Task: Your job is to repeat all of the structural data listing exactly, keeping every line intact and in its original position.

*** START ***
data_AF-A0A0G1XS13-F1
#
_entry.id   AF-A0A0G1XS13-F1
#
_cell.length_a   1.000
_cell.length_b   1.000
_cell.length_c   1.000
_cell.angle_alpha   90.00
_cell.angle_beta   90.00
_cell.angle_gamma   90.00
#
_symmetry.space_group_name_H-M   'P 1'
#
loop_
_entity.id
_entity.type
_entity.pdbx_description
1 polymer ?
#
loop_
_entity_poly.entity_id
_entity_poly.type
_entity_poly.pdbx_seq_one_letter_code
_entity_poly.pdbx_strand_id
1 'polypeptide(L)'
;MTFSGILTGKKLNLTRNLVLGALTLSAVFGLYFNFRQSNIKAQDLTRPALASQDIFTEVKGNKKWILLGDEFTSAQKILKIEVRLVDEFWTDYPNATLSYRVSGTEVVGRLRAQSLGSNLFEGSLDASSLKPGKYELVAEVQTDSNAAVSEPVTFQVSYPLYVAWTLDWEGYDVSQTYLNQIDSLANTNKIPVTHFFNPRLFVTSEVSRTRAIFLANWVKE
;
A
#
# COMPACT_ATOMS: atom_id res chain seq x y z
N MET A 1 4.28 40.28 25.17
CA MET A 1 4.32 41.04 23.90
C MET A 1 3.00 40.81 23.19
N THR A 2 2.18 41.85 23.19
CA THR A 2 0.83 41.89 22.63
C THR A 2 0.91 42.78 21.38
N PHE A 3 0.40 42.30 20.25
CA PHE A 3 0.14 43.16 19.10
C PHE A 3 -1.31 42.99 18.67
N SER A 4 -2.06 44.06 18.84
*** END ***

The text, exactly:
data_AF-A0A0G1XS13-F1
#
_entry.id   AF-A0A0G1XS13-F1
#
_cell.length_a   1.000
_cell.length_b   1.000
_cell.length_c   1.000
_cell.angle_alpha   90.00
_cell.angle_beta   90.00
_cell.angle_gamma   90.00
#
_symmetry.space_group_name_H-M   'P 1'
#
loop_
_entity.id
_entity.type
_entity.pdbx_description
1 polymer ?
#
loop_
_entity_poly.entity_id
_entity_poly.type
_entity_poly.pdbx_seq_one_letter_code
_entity_poly.pdbx_strand_id
1 'polypeptide(L)'
;MTFSGILTGKKLNLTRNLVLGALTLSAVFGLYFNFRQSNIKAQDLTRPALASQDIFTEVKGNKKWILLGDEFTSAQKILKIEVRLVDEFWTDYPNATLSYRVSGTEVVGRLRAQSLGSNLFEGSLDASSLKPGKYELVAEVQTDSNAAVSEPVTFQVSYPLYVAWTLDWEGYDVSQTYLNQIDSLANTNKIPVTHFFNPRLFVTSEVSRTRAIFLANWVKE
;
A
#
# COMPACT_ATOMS: atom_id res chain seq x y z
N MET A 1 4.28 40.28 25.17
CA MET A 1 4.32 41.04 23.90
C MET A 1 3.00 40.81 23.19
N THR A 2 2.18 41.85 23.19
CA THR A 2 0.83 41.89 22.63
C THR A 2 0.91 42.78 21.38
N PHE A 3 0.40 42.30 20.25
CA PHE A 3 0.14 43.16 19.10
C PHE A 3 -1.31 42.99 18.67
N SER A 4 -2.06 44.06 18.84